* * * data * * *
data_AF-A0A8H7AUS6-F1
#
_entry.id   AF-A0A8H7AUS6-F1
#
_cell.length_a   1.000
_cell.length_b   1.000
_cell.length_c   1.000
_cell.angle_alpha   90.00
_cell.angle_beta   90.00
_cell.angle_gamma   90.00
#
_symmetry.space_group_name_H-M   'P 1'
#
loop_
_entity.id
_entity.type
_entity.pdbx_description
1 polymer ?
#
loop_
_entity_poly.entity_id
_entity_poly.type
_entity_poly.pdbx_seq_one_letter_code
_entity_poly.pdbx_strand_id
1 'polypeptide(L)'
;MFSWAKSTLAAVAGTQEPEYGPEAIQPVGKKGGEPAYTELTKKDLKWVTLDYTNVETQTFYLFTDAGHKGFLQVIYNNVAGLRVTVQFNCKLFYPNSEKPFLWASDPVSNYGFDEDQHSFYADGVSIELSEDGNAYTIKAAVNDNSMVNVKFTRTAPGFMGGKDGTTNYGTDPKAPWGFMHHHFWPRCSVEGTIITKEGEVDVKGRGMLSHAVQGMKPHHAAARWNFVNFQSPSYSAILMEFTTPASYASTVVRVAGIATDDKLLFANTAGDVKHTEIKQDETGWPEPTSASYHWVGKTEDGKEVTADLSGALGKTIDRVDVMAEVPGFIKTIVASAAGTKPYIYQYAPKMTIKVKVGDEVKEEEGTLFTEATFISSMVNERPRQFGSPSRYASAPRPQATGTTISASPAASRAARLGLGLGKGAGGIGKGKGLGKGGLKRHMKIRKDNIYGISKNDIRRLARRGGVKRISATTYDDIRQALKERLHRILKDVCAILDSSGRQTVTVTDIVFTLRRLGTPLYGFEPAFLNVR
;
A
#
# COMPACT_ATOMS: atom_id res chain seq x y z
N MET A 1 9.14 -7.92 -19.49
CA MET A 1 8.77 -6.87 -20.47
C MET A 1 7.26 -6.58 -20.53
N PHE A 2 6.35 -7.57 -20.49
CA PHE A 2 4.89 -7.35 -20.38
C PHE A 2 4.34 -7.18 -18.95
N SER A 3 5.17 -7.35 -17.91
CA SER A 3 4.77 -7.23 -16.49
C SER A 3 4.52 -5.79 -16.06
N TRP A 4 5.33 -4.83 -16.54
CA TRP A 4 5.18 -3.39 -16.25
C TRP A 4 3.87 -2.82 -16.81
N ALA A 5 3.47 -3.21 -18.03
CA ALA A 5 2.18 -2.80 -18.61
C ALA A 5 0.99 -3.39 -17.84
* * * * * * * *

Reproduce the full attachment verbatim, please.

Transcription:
data_AF-A0A8H7AUS6-F1
#
_entry.id   AF-A0A8H7AUS6-F1
#
_cell.length_a   1.000
_cell.length_b   1.000
_cell.length_c   1.000
_cell.angle_alpha   90.00
_cell.angle_beta   90.00
_cell.angle_gamma   90.00
#
_symmetry.space_group_name_H-M   'P 1'
#
loop_
_entity.id
_entity.type
_entity.pdbx_description
1 polymer ?
#
loop_
_entity_poly.entity_id
_entity_poly.type
_entity_poly.pdbx_seq_one_letter_code
_entity_poly.pdbx_strand_id
1 'polypeptide(L)'
;MFSWAKSTLAAVAGTQEPEYGPEAIQPVGKKGGEPAYTELTKKDLKWVTLDYTNVETQTFYLFTDAGHKGFLQVIYNNVAGLRVTVQFNCKLFYPNSEKPFLWASDPVSNYGFDEDQHSFYADGVSIELSEDGNAYTIKAAVNDNSMVNVKFTRTAPGFMGGKDGTTNYGTDPKAPWGFMHHHFWPRCSVEGTIITKEGEVDVKGRGMLSHAVQGMKPHHAAARWNFVNFQSPSYSAILMEFTTPASYASTVVRVAGIATDDKLLFANTAGDVKHTEIKQDETGWPEPTSASYHWVGKTEDGKEVTADLSGALGKTIDRVDVMAEVPGFIKTIVASAAGTKPYIYQYAPKMTIKVKVGDEVKEEEGTLFTEATFISSMVNERPRQFGSPSRYASAPRPQATGTTISASPAASRAARLGLGLGKGAGGIGKGKGLGKGGLKRHMKIRKDNIYGISKNDIRRLARRGGVKRISATTYDDIRQALKERLHRILKDVCAILDSSGRQTVTVTDIVFTLRRLGTPLYGFEPAFLNVR
;
A
#
# COMPACT_ATOMS: atom_id res chain seq x y z
N MET A 1 9.14 -7.92 -19.49
CA MET A 1 8.77 -6.87 -20.47
C MET A 1 7.26 -6.58 -20.53
N PHE A 2 6.35 -7.57 -20.49
CA PHE A 2 4.89 -7.35 -20.38
C PHE A 2 4.34 -7.18 -18.95
N SER A 3 5.17 -7.35 -17.91
CA SER A 3 4.77 -7.23 -16.49
C SER A 3 4.52 -5.79 -16.06
N TRP A 4 5.33 -4.83 -16.54
CA TRP A 4 5.18 -3.39 -16.25
C TRP A 4 3.87 -2.82 -16.81
N ALA A 5 3.47 -3.21 -18.03
CA ALA A 5 2.18 -2.80 -18.61
C ALA A 5 0.99 -3.39 -17.84